Monday, May 20, 2013

Fewer Seminary Grads Working in the Context of a Church

In a little under three weeks Ashland Seminary will hold a graduation 
ceremony to launch about 200 people into a variety of fields of ministry. Some will become pastors. Some will become licensed counselors. Others will be missionaries. But according to a report in the Washington Post, the trend is away from the more traditional setting of a pulpit and into other forms of ministry. 

About 41 percent of master’s of divinity graduates expect to pursue full-time church ministry, down from 52 percent in 2001 and from 90-something percent a few decades ago, according to the Association of Theological Schools, the country’s largest such group.
Americans, particularly young ones, are becoming less religiously affiliated, and many see churches as too focused on internal politics and dogma and not enough on bettering the outside world. Institutional religion doesn’t have the stature it once did, and pastor jobs are fewer and less stable.
The skepticism about religious institutions has led to a broadened concept of what it means to minister. Like Allen, seminary graduates today use the words “ministry” and “calling” to describe their plans to employ their understanding of theology in a new career or to use their degrees to bring more purpose to what they are already doing. And seminaries are busily trying to accommodate them, creating new degrees for careers in such areas as urban ministry and psychology.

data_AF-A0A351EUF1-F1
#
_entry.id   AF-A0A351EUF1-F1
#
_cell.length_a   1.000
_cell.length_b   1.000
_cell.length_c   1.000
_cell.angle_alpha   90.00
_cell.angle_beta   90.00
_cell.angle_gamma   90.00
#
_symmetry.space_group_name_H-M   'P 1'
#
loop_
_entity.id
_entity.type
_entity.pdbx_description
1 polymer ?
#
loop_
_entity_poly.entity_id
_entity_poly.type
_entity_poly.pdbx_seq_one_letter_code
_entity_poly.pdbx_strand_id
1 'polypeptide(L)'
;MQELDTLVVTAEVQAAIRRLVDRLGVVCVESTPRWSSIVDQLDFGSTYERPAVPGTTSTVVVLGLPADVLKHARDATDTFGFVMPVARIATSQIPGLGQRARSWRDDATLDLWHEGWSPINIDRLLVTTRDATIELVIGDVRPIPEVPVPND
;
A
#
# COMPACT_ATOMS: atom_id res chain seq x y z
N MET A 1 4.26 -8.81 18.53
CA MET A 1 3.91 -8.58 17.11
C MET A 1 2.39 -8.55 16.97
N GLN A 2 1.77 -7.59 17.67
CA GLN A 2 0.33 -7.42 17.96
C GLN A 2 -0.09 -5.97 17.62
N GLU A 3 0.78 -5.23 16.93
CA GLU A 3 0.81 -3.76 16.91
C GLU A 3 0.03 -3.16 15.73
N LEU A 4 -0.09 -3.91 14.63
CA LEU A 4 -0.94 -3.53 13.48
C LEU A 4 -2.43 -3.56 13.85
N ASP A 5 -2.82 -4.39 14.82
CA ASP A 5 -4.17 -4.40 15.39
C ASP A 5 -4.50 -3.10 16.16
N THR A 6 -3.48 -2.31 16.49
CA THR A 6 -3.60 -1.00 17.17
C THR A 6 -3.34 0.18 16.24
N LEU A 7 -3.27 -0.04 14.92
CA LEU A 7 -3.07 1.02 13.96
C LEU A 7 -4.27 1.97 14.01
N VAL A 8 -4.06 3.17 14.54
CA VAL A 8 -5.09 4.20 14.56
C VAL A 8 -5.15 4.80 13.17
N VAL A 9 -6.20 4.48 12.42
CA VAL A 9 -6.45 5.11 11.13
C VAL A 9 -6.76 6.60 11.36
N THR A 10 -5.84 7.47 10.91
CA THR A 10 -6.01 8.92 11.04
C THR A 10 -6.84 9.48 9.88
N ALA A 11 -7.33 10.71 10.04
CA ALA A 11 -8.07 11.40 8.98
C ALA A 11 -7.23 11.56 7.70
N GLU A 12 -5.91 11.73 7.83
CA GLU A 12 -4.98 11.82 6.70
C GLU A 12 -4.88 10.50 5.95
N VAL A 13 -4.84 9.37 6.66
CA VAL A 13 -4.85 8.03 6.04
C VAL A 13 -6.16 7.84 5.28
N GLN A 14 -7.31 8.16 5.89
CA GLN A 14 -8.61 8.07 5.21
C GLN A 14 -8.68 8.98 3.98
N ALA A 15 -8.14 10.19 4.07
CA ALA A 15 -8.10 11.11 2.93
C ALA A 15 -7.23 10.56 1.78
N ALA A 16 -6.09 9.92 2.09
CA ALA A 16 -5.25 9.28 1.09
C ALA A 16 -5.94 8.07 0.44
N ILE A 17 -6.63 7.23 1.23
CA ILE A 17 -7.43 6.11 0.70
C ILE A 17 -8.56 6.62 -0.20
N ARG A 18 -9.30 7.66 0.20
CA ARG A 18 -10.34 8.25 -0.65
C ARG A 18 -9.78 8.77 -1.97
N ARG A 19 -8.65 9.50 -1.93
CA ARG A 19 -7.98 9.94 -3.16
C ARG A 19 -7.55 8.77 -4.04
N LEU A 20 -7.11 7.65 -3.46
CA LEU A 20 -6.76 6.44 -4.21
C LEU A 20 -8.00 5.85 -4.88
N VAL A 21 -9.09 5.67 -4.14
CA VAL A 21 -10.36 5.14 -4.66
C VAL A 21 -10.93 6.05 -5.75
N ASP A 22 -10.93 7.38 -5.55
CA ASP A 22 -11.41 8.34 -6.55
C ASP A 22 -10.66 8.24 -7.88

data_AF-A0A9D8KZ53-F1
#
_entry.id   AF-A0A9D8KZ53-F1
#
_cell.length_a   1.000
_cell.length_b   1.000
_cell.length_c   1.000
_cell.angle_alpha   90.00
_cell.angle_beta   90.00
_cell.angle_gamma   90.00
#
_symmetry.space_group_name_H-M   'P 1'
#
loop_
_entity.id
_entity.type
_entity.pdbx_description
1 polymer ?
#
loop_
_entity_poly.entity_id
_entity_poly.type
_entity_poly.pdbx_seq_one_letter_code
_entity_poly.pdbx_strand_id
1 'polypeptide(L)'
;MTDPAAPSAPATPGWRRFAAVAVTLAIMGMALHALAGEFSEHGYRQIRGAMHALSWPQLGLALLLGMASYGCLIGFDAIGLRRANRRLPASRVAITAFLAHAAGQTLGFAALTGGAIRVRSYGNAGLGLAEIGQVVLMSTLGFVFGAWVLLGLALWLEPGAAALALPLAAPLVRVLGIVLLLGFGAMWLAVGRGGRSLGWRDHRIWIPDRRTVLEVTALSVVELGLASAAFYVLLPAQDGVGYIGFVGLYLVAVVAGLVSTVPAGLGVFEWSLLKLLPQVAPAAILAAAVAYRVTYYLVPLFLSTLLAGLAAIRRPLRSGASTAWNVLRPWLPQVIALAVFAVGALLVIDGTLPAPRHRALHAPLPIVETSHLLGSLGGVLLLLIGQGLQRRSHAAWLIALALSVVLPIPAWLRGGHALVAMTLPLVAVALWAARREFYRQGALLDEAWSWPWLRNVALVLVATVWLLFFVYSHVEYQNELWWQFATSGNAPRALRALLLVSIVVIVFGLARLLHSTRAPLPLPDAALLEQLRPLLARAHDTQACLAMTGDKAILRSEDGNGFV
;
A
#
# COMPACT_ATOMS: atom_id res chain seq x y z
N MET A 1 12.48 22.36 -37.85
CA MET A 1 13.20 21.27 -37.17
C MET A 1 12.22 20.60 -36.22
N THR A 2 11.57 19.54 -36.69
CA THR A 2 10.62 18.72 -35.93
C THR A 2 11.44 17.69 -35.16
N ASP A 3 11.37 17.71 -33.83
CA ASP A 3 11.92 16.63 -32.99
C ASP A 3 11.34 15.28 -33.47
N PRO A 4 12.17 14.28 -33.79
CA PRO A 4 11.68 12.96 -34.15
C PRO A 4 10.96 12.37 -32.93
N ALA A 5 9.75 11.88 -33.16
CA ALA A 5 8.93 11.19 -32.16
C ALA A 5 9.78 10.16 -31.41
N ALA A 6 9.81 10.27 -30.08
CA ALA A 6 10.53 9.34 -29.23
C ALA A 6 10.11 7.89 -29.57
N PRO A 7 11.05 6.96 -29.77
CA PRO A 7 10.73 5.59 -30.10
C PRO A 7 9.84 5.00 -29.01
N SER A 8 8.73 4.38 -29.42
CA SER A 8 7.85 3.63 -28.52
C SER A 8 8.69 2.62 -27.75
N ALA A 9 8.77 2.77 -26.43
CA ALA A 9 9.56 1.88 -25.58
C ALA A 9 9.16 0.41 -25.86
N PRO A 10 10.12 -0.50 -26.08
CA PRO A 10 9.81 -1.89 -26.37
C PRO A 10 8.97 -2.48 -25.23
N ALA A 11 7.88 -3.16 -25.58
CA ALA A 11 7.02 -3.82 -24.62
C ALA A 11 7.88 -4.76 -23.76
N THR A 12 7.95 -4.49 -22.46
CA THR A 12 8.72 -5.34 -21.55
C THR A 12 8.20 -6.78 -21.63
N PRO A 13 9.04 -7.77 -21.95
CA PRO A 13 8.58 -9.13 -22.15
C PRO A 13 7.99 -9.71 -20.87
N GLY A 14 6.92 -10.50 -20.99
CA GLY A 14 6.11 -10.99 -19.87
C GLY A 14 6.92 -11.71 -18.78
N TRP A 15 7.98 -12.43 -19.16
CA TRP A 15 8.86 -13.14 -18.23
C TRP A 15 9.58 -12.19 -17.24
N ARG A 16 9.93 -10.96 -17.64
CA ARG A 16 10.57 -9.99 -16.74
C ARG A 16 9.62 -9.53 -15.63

The trend is an interesting one. As people become less focused on a central church entity, they are not necessarily abandoning the idea of ministry. Rather, they are interested in meeting the needs where they find them, outside of what we would traditionally think is the place where ministry takes place.

Are you a seminary grad or soon to be one? What types of ministry do you intend to pursue outside of a church? 


  1. I wonder whether this need not be an in the church/out of the church dichotomy...perhaps there are those who might see themselves happily serving in a bi-vocational capacity.

    For instance, if given the opportunity some might actually prefer a career which straddles the church and the academy, or the church and the counseling center, or the church and the hospital room (as a chaplain). It seems to be more and more apparent that church positions (and perhaps teaching positions in the humanities) are becoming less stable as full-time positions...perhaps we could begin to rethink the concept of vocation entirely for these fields. Maybe the boundaries of ministry in "the church" and "the world" need not be (or simply can no longer be) as hard and fast as they once were. What do you think?

    Krista Mournet

  2. Krista, I think you've hit the nail on the head. For myself, in a denomination with few opportunities for traditional full-time ministry within a parish, bi-vocational ministry is pretty much expected, and the reason why I am pursuing a CPE residency to work as a hospital chaplain.